Clinical trial design and complexity
One example of how a clinical trial design resulted in significant negative consequences happened during the development of PD-1 inhibitors for first-line non-small cell lung cancer (NSCLC).4 The first-to-market drug failed its pivotal trial because the population enrolled in the clinical trial was too broad. As a result, the closest competitor leap-frogged—despite being at a timeline disadvantage—with more precise clinical trial inclusion criteria. All the work that went into being first-to-market was for naught and the situation could have been avoided if the appropriate data and intelligence had been used to inform decision-making during the clinical trial design.

In this case, enrolling a less-than-ideal patient population in the study translated into billions of dollars lost. Had the pharmaceutical company accessed better data and insights, it would have identified a more representative patient population for the study that would have helped more patients with NSCLC.

Clinical trial design is complex, with numerous yet consequential decisions to be made at every step. Most novel drug development studies pursue the path of randomized controlled trials (RCT) because they produce the gold standard data that regulators require to verify the efficacy and safety of treatments. However, there is extensive variation—or forks in the path—in how to conduct RCTs. These variations can lead an organization to quick success or down a dead-end path, resulting in opportunities for other drugs to get to market first. As a result, it is vital to consider the impact of different design elements, including placebo control, active comparators, synthetic control arms, complex adaptive and cross-over designs, among others.

To bring an innovative drug to patients, studies need to deliver relevant, quality data and insights so regulators can better understand the treatment’s safety and efficacy in an already highly competitive environment for the determination of value and the gold standard.

Understanding the global landscape of clinically, demographically, and geographically relevant patients, as well as utilizing RWD and RWE, play an important role in designing a viable clinical trial by driving more informed answers to these critical design questions.

While still underutilized, data analytics and evidence provide pharmaceutical companies with robust insights into the disease, target patient populations, standard of care (SOC) as comparators and treatment pathways to drive more accurate and faster decision-making related to study design. Although the use of RWD and RWE is unlikely to usurp the role of RCTs, it can be a secret weapon companies can rely on to augment their research.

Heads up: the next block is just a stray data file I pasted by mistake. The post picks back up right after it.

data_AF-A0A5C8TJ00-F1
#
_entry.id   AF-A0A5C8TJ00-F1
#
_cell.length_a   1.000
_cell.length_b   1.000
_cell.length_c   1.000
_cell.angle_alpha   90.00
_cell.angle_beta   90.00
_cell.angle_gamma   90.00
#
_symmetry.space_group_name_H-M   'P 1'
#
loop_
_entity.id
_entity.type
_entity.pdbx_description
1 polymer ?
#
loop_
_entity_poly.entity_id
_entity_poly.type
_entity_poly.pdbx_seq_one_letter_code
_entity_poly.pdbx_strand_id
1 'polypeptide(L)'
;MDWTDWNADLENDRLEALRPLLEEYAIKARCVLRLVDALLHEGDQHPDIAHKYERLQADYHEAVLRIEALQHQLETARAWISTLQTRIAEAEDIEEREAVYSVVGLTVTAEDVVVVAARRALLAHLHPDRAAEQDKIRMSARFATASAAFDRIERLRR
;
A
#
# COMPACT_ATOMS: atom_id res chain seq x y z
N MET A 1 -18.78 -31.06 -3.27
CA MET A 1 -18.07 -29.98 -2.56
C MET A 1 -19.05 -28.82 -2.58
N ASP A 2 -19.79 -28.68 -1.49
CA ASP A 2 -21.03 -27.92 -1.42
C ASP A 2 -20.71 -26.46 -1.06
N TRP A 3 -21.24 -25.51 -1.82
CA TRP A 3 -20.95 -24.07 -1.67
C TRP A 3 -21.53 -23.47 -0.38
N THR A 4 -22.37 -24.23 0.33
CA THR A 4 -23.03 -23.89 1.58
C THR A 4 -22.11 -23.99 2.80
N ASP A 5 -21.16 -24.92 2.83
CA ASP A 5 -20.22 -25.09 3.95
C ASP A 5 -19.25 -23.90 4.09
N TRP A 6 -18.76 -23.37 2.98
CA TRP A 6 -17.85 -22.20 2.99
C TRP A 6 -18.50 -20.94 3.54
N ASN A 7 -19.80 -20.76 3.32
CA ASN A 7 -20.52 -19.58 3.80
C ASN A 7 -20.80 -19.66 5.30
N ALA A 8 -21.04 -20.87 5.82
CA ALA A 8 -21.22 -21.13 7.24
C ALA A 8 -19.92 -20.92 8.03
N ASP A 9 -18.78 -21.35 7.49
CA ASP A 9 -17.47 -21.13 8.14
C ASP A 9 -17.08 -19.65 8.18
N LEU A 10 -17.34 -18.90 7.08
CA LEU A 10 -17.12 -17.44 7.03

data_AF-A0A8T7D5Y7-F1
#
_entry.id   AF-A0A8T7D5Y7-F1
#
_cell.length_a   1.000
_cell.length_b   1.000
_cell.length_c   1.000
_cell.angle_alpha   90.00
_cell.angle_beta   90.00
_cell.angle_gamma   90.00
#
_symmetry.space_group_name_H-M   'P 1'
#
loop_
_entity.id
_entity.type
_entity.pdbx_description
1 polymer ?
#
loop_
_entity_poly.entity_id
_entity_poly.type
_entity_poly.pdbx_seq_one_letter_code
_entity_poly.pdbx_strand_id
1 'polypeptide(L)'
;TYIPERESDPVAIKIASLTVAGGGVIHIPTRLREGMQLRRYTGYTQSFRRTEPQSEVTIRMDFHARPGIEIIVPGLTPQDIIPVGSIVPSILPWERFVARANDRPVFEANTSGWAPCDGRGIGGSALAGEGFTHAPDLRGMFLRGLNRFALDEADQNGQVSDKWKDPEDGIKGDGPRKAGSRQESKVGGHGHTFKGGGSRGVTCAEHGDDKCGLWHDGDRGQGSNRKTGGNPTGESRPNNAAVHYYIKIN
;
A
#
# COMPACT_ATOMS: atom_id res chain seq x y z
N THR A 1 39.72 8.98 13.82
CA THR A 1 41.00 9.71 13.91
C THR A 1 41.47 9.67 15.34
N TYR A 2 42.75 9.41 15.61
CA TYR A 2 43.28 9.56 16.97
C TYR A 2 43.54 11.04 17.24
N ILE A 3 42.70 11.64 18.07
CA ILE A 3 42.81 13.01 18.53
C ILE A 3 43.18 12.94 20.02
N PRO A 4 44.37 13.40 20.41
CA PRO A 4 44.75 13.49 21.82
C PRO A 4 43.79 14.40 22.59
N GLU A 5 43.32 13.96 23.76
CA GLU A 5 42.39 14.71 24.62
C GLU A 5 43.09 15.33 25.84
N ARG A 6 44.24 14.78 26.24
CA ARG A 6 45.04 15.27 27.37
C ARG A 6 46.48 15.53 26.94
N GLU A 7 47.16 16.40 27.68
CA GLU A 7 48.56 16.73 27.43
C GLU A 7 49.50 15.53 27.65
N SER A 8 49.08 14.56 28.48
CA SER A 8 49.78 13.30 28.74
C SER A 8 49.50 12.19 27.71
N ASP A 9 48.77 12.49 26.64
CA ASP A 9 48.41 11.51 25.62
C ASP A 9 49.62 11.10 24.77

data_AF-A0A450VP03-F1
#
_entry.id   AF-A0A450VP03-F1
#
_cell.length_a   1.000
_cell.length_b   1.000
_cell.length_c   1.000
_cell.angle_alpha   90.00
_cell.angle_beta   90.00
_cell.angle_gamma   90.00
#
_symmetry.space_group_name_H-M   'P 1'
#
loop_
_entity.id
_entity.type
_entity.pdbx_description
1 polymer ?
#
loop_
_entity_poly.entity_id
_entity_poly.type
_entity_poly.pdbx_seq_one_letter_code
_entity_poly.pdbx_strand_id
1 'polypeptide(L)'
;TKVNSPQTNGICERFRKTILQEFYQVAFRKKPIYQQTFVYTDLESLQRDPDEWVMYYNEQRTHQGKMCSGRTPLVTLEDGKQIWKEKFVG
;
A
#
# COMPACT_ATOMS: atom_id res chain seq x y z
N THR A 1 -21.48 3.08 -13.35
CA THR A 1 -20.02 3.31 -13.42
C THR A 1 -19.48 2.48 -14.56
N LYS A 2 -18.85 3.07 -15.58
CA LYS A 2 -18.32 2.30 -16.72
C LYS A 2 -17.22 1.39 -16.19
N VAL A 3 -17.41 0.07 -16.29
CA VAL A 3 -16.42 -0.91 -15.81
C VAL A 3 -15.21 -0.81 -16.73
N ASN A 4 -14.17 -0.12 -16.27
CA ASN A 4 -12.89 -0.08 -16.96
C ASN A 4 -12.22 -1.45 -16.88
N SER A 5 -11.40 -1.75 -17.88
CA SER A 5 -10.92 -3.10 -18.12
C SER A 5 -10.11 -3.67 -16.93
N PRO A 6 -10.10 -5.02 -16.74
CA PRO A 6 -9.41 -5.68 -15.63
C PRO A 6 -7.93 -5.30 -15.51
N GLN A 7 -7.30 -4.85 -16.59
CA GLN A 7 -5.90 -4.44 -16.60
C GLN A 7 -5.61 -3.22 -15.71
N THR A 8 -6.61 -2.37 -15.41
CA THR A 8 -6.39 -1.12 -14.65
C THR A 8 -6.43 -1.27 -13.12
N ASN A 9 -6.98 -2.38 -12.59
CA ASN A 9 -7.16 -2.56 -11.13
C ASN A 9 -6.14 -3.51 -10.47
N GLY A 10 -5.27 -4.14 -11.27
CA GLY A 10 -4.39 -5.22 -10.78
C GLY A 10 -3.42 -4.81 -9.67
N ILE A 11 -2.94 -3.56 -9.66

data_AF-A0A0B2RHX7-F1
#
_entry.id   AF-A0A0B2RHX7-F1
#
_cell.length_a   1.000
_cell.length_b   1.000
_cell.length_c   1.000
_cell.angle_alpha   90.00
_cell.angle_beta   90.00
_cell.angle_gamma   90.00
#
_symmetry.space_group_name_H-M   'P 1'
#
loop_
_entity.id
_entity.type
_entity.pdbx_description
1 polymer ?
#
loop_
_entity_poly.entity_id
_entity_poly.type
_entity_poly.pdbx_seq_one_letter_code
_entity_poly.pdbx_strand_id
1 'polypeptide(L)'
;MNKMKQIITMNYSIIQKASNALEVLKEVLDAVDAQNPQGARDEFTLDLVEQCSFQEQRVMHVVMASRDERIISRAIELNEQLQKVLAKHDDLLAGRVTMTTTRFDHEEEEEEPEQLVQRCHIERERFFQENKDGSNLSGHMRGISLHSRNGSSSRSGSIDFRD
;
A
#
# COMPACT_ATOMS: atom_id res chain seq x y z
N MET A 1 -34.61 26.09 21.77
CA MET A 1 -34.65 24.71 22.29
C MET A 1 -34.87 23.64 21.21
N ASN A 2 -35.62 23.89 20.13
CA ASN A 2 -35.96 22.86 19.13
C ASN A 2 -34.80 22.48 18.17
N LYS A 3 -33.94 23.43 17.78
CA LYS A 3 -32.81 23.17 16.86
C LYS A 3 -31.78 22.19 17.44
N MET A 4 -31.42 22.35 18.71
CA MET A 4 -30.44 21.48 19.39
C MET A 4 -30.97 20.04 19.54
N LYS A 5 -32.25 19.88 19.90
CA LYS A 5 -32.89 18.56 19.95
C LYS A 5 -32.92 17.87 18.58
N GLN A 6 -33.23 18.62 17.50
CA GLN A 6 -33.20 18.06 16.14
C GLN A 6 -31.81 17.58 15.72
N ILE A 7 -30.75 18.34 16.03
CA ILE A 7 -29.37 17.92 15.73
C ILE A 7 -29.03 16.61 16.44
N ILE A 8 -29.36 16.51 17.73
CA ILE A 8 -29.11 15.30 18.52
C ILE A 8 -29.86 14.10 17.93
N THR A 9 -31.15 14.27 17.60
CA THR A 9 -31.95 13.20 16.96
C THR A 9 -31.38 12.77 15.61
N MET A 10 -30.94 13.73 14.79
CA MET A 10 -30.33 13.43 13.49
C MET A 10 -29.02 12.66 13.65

Lessons learned COVID
First, the pandemic highlighted how important it is for individuals to participate in clinical trials. As a result, nearly 68 percent of adults with a condition are more likely to participate in a clinical trial.5 However, evidence suggests interest is already declining to pre-pandemic levels, increasing the challenge further of identifying patients for continually increasing trial numbers.

Second, with a significant decline in face-to-face encounters, the pandemic accelerated the demand for and adoption of technology. Pharmaceutical companies had no choice but to turn to emerging methods such as RWD, RWE, and remote technology to continue running existing studies and launch new ones during the pandemic.

Remote digital technology proved that it could be effective for clinical trials, and much like telemedicine for managing patient care, is likely here to stay—transforming the future of the industry.

The growth in the drug development pipeline turbocharged by the pandemic means future demand for trials is set to explode, making data-based decision-making and the increased use of RWE more important than ever.

Leveraging data and insights to design and plan better, more efficient clinical trials, and tapping into innovative recruitment solutions, is a potential game-changer in accelerating time to market ahead of the competition.


1. Dagenais S, Russo L, Madsen A, Webster J, & Becnel L (2021). Use of real-world evidence to drive drug development strategy and inform clinical design. Clinical pharmacology & therapeutics. 111(1), 77-89. doi:
2. Suresh K P. An overview of randomization techniques: An unbiased assessment of outcome in clinical research. J Hum Reprod Sci [serial online] 2011 [cited 2023 Jan 27];4:8-11. Available from:
3. Ivarrson M (2021, April 15). Diseases don’t discriminate—neither should clinical trials. In Retrieved from:
4. Liu A (2022, September, 21). Esmo: Amgen’s Lumakras confirmatory lung cancer data leave door open for KRAS competitors. In Retrieved from:
5. Saarony G (2021, September 21). A race against time: How COVID-19 changed drug development. In Retrieved from: